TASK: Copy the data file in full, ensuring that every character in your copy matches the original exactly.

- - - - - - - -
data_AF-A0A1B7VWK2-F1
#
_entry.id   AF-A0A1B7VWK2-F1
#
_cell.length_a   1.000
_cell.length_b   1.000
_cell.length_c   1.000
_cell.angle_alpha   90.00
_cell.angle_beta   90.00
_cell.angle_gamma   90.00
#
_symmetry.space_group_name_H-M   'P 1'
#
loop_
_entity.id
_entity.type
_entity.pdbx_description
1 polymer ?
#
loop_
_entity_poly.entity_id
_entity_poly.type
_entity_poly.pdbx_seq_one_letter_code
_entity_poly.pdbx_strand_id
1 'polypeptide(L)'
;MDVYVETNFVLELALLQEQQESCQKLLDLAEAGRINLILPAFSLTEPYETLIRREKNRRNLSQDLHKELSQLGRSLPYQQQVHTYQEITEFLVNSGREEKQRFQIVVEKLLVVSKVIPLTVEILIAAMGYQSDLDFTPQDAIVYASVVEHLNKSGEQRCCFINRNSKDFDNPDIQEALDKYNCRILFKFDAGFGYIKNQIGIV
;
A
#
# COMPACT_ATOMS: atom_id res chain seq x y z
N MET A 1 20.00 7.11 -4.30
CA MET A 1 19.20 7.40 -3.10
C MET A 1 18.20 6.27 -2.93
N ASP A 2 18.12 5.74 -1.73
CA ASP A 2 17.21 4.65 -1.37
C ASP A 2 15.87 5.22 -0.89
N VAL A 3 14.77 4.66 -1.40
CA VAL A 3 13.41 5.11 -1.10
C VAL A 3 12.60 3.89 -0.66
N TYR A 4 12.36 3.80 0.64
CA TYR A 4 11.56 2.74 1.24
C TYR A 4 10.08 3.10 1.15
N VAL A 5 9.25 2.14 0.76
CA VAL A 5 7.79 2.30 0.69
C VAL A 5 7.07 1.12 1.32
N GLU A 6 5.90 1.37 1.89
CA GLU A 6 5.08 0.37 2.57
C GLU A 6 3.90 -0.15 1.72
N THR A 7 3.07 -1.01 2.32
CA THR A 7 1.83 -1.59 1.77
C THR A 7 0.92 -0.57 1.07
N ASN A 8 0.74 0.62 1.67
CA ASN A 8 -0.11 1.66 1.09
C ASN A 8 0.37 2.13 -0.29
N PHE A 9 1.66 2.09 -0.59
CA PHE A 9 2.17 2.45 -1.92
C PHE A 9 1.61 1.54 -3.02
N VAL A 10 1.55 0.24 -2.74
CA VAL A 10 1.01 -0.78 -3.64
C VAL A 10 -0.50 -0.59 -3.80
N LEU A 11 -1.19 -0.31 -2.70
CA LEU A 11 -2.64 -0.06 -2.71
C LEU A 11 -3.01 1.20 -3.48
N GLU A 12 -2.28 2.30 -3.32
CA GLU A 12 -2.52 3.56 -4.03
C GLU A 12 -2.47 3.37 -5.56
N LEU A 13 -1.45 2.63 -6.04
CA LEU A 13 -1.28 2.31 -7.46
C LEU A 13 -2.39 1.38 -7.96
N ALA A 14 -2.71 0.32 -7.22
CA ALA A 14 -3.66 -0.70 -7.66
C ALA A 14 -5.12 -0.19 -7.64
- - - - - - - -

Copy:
data_AF-A0A1B7VWK2-F1
#
_entry.id   AF-A0A1B7VWK2-F1
#
_cell.length_a   1.000
_cell.length_b   1.000
_cell.length_c   1.000
_cell.angle_alpha   90.00
_cell.angle_beta   90.00
_cell.angle_gamma   90.00
#
_symmetry.space_group_name_H-M   'P 1'
#
loop_
_entity.id
_entity.type
_entity.pdbx_description
1 polymer ?
#
loop_
_entity_poly.entity_id
_entity_poly.type
_entity_poly.pdbx_seq_one_letter_code
_entity_poly.pdbx_strand_id
1 'polypeptide(L)'
;MDVYVETNFVLELALLQEQQESCQKLLDLAEAGRINLILPAFSLTEPYETLIRREKNRRNLSQDLHKELSQLGRSLPYQQQVHTYQEITEFLVNSGREEKQRFQIVVEKLLVVSKVIPLTVEILIAAMGYQSDLDFTPQDAIVYASVVEHLNKSGEQRCCFINRNSKDFDNPDIQEALDKYNCRILFKFDAGFGYIKNQIGIV
;
A
#
# COMPACT_ATOMS: atom_id res chain seq x y z
N MET A 1 20.00 7.11 -4.30
CA MET A 1 19.20 7.40 -3.10
C MET A 1 18.20 6.27 -2.93
N ASP A 2 18.12 5.74 -1.73
CA ASP A 2 17.21 4.65 -1.37
C ASP A 2 15.87 5.22 -0.89
N VAL A 3 14.77 4.66 -1.40
CA VAL A 3 13.41 5.11 -1.10
C VAL A 3 12.60 3.89 -0.66
N TYR A 4 12.36 3.80 0.64
CA TYR A 4 11.56 2.74 1.24
C TYR A 4 10.08 3.10 1.15
N VAL A 5 9.25 2.14 0.76
CA VAL A 5 7.79 2.30 0.69
C VAL A 5 7.07 1.12 1.32
N GLU A 6 5.90 1.37 1.89
CA GLU A 6 5.08 0.37 2.57
C GLU A 6 3.90 -0.15 1.72
N THR A 7 3.07 -1.01 2.32
CA THR A 7 1.83 -1.59 1.77
C THR A 7 0.92 -0.57 1.07
N ASN A 8 0.74 0.62 1.67
CA ASN A 8 -0.11 1.66 1.09
C ASN A 8 0.37 2.13 -0.29
N PHE A 9 1.66 2.09 -0.59
CA PHE A 9 2.17 2.45 -1.92
C PHE A 9 1.61 1.54 -3.02
N VAL A 10 1.55 0.24 -2.74
CA VAL A 10 1.01 -0.78 -3.64
C VAL A 10 -0.50 -0.59 -3.80
N LEU A 11 -1.19 -0.31 -2.70
CA LEU A 11 -2.64 -0.06 -2.71
C LEU A 11 -3.01 1.20 -3.48
N GLU A 12 -2.28 2.30 -3.32
CA GLU A 12 -2.52 3.56 -4.03
C GLU A 12 -2.47 3.37 -5.56
N LEU A 13 -1.45 2.63 -6.04
CA LEU A 13 -1.28 2.31 -7.46
C LEU A 13 -2.39 1.38 -7.96
N ALA A 14 -2.71 0.32 -7.22
CA ALA A 14 -3.66 -0.70 -7.66
C ALA A 14 -5.12 -0.19 -7.64